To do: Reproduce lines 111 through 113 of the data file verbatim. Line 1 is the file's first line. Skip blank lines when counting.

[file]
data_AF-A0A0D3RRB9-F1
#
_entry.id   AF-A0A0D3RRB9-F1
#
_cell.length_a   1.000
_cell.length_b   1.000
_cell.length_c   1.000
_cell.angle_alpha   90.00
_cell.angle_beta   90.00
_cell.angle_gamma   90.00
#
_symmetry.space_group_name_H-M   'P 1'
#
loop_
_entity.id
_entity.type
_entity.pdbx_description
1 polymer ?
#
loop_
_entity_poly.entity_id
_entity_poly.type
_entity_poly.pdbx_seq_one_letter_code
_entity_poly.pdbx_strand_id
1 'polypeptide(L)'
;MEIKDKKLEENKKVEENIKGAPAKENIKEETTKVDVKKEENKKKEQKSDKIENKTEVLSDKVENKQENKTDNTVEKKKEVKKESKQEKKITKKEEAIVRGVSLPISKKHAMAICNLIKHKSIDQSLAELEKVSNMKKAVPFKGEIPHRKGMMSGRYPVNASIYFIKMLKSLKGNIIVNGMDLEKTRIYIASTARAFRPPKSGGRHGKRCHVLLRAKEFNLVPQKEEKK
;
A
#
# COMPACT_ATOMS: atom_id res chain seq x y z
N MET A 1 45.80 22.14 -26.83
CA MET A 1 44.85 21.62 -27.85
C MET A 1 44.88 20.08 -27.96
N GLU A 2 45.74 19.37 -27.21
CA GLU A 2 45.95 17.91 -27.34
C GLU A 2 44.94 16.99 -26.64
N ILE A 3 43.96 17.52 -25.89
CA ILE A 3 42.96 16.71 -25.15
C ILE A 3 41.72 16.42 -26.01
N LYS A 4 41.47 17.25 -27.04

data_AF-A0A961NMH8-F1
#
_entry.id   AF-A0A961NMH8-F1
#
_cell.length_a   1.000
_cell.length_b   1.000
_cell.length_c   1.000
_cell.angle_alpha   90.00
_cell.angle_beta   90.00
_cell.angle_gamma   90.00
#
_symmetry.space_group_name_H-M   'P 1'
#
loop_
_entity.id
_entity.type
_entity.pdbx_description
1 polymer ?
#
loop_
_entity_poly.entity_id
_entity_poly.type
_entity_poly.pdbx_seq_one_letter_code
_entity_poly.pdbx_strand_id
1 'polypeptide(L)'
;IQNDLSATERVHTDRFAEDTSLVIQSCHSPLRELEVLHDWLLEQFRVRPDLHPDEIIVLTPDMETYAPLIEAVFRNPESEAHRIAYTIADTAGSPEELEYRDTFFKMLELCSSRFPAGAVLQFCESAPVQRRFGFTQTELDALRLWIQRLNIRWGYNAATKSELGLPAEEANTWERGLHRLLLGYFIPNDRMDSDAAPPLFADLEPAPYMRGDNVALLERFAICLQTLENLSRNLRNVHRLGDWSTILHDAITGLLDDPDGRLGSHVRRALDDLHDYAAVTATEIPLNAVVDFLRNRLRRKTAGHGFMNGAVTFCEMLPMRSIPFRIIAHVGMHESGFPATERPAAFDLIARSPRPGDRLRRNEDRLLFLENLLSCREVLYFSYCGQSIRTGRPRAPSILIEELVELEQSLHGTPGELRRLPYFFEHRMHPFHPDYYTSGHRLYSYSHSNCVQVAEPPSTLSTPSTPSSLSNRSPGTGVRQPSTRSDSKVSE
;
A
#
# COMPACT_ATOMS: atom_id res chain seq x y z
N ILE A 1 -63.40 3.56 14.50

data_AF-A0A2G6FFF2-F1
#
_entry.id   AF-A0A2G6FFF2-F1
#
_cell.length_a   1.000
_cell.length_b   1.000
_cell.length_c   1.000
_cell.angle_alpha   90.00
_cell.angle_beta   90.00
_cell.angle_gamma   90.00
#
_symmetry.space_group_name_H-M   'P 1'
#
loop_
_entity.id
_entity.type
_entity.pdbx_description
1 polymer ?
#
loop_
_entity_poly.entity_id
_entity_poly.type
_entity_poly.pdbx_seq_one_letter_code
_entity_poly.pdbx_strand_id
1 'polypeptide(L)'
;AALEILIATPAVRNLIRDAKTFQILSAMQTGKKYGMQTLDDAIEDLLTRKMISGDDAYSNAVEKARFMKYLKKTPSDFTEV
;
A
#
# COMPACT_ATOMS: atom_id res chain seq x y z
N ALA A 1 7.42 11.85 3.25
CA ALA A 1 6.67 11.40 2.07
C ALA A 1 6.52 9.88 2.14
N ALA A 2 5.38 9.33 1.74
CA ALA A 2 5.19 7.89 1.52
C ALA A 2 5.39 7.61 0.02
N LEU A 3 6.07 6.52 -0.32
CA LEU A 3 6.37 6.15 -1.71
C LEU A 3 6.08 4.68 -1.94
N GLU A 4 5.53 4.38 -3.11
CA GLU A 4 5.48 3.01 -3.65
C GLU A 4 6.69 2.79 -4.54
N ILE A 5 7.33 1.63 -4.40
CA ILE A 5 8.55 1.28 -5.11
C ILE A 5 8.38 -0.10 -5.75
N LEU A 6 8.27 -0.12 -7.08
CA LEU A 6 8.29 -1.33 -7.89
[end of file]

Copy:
N GLU A 4 5.53 4.38 -3.11
CA GLU A 4 5.48 3.01 -3.65
C GLU A 4 6.69 2.79 -4.54